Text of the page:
New answers tagged

2

If you accept that no external work was done, then if there is a change in the state of a system through which the kinetic energy changed, there must be a corresponding change in potential energy. The key to understanding the (rather poorly narrated) video is that the lecturer implies (at T=2:30) that $\Delta E=0$ from which it follows that $\Delta KE= - \...


1

A simple pendulum performs simple harmonic motion when it is displaced very slightly. You can say that a simple pendulum performs a periodic motion which can be treated as simple harmonic motion in small oscillation Now lets move forward supposing it to be pure SHM. The time period of a simple pendulum does not depend on how much it is displaced( but it ...


2

Newton's second law, force f is $$f=m\frac{d^2 x}{d t^2}$$ x is position vector of the particle. $$f=-\frac{d v}{dx}$$v is the potential energy. $$m\frac{d^2 x}{d t^2}=-\frac{d v}{dx}$$ Multiply both sides with $\dot x$ $$\frac{m}{2} \frac{d\dot x^2}{dt}=-\frac{dv}{dt}$$ $$ \frac{d}{dt}(\frac{1}{2}m\dot x^2+v)=0$$ i.e., $$\frac{dE}{dt}=0$$Energy is ...


5

Newton's third law tells us that the momentum imparted on one body is equal and opposite to the momentum imparted on another if they interact. We then have $$ \Delta \vec p_1~=~-\Delta\vec p_2. $$ The change in momentum is $\Delta \vec p_i~=~m\vec a_i\Delta t$, $i~=~1,~2$. The change in momentum is with Newton's second law due to a force so that $$ \vec F_1~...


3

The classical interference pattern is explained by the equations governing the behavior of light, and energy there is treated as a collective phenomenon, using the Pointing vector Energy transfer in a light beam can be best understood as an emergent phenomenon from the underlying quantum mechanical level. Innumerable photons create the visible interference ...


0

$h=R(1-\cos\theta)=R(2\sin^2\frac{\theta}{2})$ $v=\sqrt{2gh}=\sqrt{4gR}\sin\frac{\theta}{2}$ $v$ is a maximum at $\theta=\pi$. The tangential acceleration is $\frac{dv}{dt}=\sqrt{4gR}\cos\frac{\theta}{2}.\frac12\frac{d\theta}{dt}=\sqrt{4gR}\cos\frac{\theta}{2}.\frac12.\frac{1}{R}\sqrt{4gR}\sin\frac{\theta}{2}=g\sin\theta$ as expected. This is a maximum at $\...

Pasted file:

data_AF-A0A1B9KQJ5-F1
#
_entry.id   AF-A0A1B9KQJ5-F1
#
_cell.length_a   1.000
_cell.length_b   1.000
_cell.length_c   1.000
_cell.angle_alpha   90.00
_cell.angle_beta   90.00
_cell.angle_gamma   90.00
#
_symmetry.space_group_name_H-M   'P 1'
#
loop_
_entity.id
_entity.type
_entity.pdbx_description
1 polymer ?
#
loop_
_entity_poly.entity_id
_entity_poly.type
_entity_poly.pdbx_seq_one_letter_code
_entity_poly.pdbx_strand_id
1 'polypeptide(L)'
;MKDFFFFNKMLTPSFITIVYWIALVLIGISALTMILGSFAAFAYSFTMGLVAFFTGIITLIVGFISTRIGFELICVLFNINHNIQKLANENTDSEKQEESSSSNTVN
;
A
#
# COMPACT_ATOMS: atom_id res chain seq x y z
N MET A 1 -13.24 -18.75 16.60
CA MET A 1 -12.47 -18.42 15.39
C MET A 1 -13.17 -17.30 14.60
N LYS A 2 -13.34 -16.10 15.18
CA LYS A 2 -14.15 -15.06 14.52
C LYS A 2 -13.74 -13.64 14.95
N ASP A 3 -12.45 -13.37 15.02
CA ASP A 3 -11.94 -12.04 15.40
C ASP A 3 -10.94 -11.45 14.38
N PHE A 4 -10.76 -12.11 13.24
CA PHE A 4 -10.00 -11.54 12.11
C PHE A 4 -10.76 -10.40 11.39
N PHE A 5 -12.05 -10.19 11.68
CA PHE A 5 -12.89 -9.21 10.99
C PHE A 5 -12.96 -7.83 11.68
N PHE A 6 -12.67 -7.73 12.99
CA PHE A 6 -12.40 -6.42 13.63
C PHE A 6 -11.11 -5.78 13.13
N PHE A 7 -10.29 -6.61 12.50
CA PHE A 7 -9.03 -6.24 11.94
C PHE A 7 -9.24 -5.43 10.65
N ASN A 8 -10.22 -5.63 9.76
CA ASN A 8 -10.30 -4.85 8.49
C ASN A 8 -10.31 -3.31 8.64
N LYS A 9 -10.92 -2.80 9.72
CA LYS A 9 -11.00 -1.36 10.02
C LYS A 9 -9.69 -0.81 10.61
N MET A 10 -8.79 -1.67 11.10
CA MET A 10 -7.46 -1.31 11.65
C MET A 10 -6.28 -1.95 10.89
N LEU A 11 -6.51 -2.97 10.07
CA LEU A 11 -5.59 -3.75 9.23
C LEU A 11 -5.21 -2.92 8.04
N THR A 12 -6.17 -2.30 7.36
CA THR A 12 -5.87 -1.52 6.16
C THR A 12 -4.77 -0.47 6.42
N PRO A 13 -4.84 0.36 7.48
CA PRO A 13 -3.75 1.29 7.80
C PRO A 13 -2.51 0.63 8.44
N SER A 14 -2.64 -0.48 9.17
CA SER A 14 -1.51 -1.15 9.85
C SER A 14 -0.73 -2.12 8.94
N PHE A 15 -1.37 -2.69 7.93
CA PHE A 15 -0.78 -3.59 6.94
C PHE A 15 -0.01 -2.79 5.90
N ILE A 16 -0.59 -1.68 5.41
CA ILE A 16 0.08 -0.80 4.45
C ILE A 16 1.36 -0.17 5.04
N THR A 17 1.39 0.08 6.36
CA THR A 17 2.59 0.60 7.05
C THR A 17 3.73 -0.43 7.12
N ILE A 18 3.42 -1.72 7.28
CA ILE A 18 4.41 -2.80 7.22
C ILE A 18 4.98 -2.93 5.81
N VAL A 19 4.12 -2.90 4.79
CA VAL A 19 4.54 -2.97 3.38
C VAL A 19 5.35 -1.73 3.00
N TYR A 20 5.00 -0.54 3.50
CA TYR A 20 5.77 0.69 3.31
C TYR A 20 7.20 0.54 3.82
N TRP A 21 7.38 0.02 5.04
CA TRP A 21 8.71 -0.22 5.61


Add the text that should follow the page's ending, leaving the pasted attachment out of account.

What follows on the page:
0

When the bullet hits the plasticine and embedded inside the plasticine, there is friction exerts on the bullet and hence heat is dissipated to the surrounding. Therefore, conservation of mechanical energy cannot be applied when the bullet is embedding the plasticine. But as for the bullet and the plasticine together displaced upward, conservation of ...


0

The height $h$ is given as the vertical height so you do not need to worry about the angle $\theta$ and assuming that there is no friction then use the law of conservation of energy: $$KE_\text{initial} + PE_\text{initial} = KE_\text{final} + E_\text{final}$$ to find the speed after the mass has fallen a height $h$.


0

My guess is using the Hamiltonian which is potential energy + kinetic energy (or is it minus) So assuming you have a gravitational field $h = m \ g + \frac{1}{2} \ m \ v^{2}$ but its at an incline so $m \ g \ \sin{\theta}$?


4

In newtonian mechanics the angle does not matter, but in relativity it does. For example: An object close to the speed of light launched horizontally will orbit circular at a distance of 3GM/c² from the center of mass (the so called photon sphere), but it will escape if launched vertically. When you launch it at a distance just above 2GM/c² (the so called ...


6

Essentially, yes. The derivation of the escape velocity is based only on the energy balance and energy does not depend on the direction. This follows from the property of the gravitational field to be conservative, so work required to move between any 2 points is independent from the path you take. Vague intuition: the vertical speed you estimate is about $...


1

The idea of a "Zero-Energy Universe" is a theory held by a limited number of scientists. There are several stackexchange question that expand on the theory and may help you. Zero energy universe Total energy of the Universe


0

The variables in your experiment were : the mass of water in the calorimeter $m_w$ (independent variable) and the temperature rise in the calorimeter $\Delta T = T_{final} - T_{initial}$ (dependent variable). Your equation can be written as : $(m_w c_w + m_c c_c)\Delta T = m_s c_s (\Delta T' - \Delta T)$ $\frac{m_w}{m_s} + \frac{m_c}{m_w} \frac{c_c}{c_w} = \...


1

The efficiency is being miscalculated because they left out the energy being used to heat up the device to 135 degrees! This is similar to claiming that an amplifier that takes a 1 mW input signal and "converts" it into 1 W output signal, as having an efficiency of 1000%! They are leaving out the energy being supplied to the amplifier "external" to the ...


1

We put the circular orbit of the particle on a straight line and convert the motion to a 1-dimensional rectilinear motion as follows : The arc length, the natural parameter $\:s(t)\:$ is the distance travelled on the straight line till time $\:t\:$. The speed $\:v(t)\:$ on the straight line is the magnitude of the tangent to the circle velocity. Now, on ...


2